“At the recent COP26 in Glasgow, several steps were made in the right direction, even though they were rather weak in light of the gravity of the problem to be faced,” he said.
“The road to meeting the goals of the Paris Agreement is complex and appears to be long, while the time at our disposal is shorter and shorter.”
“Much still remains to be done, and so 2022 will be another fundamental year for verifying to what extent and in what ways the decisions taken in Glasgow can and should be further consolidated in view of COP27, planned for Egypt next November.”
The pope then gave a brief overview of the world’s hotspots, beginning with Syria, where he said that the general population should not be penalized by sanctions as poverty stalks the country after more than 10 years of war.
He described the conflict in Yemen, which has claimed an estimated 377,000 lives since 2014, as “a human tragedy that has gone on for years, silently, far from the spotlight of the media and with a certain indifference on the part of the international community.”
“In the past year, no steps forward were made in the peace process between Israel and Palestine,” he noted, calling for direct talks.
He added: “Profound situations of inequality and injustice, endemic corruption and various forms of poverty that offend the dignity of persons also continue to fuel social conflicts on the American continent, where growing polarization is not helping to resolve the real and pressing problems of its people, especially those who are most poor and vulnerable.”
The pope also appealed for dialogue in Burma, the Southeast Asian country officially known as Myanmar that witnessed a military coup on Feb. 1, 2021.
“Its streets, once places of encounter, are now the scene of fighting that does not spare even houses of prayer,” he said, referring to the shelling of churches by security forces.
He encouraged new international efforts to rid the world of nuclear arms.
“The Holy See continues steadfastly to maintain that in the 21st-century nuclear arms are an inadequate and inappropriate means of responding to security threats, and that possession of them is immoral,” he said.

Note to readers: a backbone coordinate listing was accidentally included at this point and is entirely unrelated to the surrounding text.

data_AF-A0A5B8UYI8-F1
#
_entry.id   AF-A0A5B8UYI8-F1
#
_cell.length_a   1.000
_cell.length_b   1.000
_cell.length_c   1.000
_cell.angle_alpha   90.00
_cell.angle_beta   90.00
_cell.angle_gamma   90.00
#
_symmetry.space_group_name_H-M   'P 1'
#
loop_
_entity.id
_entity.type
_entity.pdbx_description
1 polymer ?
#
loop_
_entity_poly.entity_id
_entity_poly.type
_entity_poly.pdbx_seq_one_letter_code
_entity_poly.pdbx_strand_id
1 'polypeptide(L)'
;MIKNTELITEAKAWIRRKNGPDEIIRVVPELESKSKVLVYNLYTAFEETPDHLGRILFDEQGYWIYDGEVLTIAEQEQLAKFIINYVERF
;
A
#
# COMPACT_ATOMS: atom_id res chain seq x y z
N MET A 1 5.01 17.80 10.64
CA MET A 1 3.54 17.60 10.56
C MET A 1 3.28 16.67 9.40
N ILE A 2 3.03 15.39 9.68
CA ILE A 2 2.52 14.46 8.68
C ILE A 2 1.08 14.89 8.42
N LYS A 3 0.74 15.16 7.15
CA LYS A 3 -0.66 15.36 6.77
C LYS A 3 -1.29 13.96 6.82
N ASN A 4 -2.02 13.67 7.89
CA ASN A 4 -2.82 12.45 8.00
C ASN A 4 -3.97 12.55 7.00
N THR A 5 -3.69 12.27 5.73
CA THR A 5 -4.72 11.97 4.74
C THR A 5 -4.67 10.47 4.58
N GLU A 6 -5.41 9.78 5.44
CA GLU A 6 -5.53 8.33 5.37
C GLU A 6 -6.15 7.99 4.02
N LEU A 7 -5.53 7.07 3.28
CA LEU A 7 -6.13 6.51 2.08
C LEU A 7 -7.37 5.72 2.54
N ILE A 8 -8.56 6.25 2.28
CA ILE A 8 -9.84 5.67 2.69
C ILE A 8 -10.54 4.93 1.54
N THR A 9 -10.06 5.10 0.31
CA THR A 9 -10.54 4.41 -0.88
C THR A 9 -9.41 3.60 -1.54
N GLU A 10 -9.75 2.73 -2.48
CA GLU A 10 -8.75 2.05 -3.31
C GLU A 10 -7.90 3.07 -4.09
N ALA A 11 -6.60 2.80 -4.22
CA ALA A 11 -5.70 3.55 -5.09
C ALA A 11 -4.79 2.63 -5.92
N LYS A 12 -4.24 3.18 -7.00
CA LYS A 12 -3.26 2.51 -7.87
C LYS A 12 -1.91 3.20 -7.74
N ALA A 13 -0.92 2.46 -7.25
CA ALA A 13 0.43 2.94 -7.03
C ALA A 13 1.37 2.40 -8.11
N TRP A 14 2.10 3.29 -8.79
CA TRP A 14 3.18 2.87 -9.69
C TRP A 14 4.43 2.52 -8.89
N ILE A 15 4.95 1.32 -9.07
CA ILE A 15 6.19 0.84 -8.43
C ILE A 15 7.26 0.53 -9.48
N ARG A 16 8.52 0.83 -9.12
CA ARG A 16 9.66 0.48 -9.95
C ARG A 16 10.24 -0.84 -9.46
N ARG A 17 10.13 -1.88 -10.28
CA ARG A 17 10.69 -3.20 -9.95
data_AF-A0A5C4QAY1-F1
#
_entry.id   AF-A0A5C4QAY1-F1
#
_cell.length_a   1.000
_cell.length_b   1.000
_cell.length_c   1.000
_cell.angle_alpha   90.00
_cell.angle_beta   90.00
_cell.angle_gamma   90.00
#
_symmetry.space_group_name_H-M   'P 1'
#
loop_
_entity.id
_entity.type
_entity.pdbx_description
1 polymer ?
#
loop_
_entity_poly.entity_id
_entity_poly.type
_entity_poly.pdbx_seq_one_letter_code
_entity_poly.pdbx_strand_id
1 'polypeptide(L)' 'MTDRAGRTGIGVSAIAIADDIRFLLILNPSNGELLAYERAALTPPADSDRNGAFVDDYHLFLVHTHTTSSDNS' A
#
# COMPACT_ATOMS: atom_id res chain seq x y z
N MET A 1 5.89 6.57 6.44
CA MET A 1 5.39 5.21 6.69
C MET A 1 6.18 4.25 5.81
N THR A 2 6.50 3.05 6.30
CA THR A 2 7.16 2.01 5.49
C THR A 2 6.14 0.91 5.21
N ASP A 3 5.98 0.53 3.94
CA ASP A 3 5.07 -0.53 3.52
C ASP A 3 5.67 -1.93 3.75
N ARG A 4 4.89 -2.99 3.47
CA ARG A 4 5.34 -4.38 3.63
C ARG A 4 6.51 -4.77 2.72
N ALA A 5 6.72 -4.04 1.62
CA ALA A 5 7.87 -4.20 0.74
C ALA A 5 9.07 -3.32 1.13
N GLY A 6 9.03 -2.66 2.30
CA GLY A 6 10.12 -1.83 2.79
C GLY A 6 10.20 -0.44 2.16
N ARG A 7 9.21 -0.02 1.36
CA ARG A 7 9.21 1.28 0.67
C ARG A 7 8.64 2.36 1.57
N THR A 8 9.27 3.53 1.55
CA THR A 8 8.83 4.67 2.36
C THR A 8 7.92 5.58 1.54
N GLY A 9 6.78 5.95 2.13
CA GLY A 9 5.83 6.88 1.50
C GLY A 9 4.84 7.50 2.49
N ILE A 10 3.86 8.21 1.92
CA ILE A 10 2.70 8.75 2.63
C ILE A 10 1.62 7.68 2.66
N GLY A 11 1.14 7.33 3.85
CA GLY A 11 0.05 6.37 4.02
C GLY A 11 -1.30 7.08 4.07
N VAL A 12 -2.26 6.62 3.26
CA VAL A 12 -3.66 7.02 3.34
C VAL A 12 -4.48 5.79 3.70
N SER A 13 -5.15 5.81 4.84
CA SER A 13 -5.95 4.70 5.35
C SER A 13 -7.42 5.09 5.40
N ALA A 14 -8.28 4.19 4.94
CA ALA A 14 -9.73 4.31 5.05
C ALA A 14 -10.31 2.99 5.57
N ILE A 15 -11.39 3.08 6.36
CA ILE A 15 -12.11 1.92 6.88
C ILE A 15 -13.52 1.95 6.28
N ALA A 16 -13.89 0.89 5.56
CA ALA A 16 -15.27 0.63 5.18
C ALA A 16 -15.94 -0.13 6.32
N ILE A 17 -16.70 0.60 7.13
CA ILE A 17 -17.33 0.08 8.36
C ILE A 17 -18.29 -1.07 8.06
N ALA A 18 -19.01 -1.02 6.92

He added that he hoped to see positive results from the resumption of negotiations in Vienna, Austria, over the nuclear accord with Iran.
In a possible allusion to the outcry in Canada following the discovery of Indigenous children’s graves at a former Catholic-run residential school, the pope acknowledged child abuse in Catholic institutions.
He said: “The Catholic Church has always recognized and valued the role of education in the spiritual, moral and social growth of the young. It pains me, then, to acknowledge that in different educational settings — parishes and schools — the abuse of minors has occurred, resulting in serious psychological and spiritual consequences for those who experienced them.”
“These are crimes, and they call for a firm resolve to investigate them fully, examining each case to ascertain responsibility, to ensure justice to the victims, and to prevent similar atrocities from taking place in the future.”
Concluding his address, which was followed by a group photograph with diplomats in the Sistine Chapel, Pope Francis quoted the prophet Jeremiah’s words that God has “plans for [our] welfare and not for evil, to give [us] a future and a hope” (Jeremiah 29:11).
He said: “We should be unafraid, then, to make room for peace in our lives by cultivating dialogue and fraternity among one another. The gift of peace is ‘contagious’; it radiates from the hearts of those who long for it and aspire to share it, and spreads throughout the whole world.”
“To each of you, your families, and the peoples you represent, I renew my blessing and offer my heartfelt good wishes for a year of serenity and peace.”